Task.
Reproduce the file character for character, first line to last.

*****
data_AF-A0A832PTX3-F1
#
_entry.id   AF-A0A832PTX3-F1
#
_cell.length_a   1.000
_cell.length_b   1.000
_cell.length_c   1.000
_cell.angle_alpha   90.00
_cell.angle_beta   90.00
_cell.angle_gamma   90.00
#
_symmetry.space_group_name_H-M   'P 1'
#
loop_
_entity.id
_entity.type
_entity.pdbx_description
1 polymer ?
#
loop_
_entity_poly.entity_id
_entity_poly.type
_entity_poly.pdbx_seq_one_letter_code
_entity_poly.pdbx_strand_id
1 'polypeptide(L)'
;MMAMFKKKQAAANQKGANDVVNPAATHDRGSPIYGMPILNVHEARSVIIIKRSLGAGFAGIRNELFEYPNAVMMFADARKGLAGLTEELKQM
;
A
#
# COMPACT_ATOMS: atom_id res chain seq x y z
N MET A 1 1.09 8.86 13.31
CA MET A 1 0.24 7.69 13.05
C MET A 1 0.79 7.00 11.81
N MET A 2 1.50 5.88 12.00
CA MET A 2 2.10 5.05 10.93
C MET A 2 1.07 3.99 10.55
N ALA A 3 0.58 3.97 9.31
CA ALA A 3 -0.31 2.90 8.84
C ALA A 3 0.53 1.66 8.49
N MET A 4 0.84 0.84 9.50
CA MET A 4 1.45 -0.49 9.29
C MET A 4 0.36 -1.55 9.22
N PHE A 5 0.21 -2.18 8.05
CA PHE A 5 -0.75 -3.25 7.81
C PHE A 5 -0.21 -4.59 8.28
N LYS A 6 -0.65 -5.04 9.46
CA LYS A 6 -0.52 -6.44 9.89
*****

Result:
data_AF-A0A832PTX3-F1
#
_entry.id   AF-A0A832PTX3-F1
#
_cell.length_a   1.000
_cell.length_b   1.000
_cell.length_c   1.000
_cell.angle_alpha   90.00
_cell.angle_beta   90.00
_cell.angle_gamma   90.00
#
_symmetry.space_group_name_H-M   'P 1'
#
loop_
_entity.id
_entity.type
_entity.pdbx_description
1 polymer ?
#
loop_
_entity_poly.entity_id
_entity_poly.type
_entity_poly.pdbx_seq_one_letter_code
_entity_poly.pdbx_strand_id
1 'polypeptide(L)'
;MMAMFKKKQAAANQKGANDVVNPAATHDRGSPIYGMPILNVHEARSVIIIKRSLGAGFAGIRNELFEYPNAVMMFADARKGLAGLTEELKQM
;
A
#
# COMPACT_ATOMS: atom_id res chain seq x y z
N MET A 1 1.09 8.86 13.31
CA MET A 1 0.24 7.69 13.05
C MET A 1 0.79 7.00 11.81
N MET A 2 1.50 5.88 12.00
CA MET A 2 2.10 5.05 10.93
C MET A 2 1.07 3.99 10.55
N ALA A 3 0.58 3.97 9.31
CA ALA A 3 -0.31 2.90 8.84
C ALA A 3 0.53 1.66 8.49
N MET A 4 0.84 0.84 9.50
CA MET A 4 1.45 -0.49 9.29
C MET A 4 0.36 -1.55 9.22
N PHE A 5 0.21 -2.18 8.05
CA PHE A 5 -0.75 -3.25 7.81
C PHE A 5 -0.21 -4.59 8.28
N LYS A 6 -0.65 -5.04 9.46
CA LYS A 6 -0.52 -6.44 9.89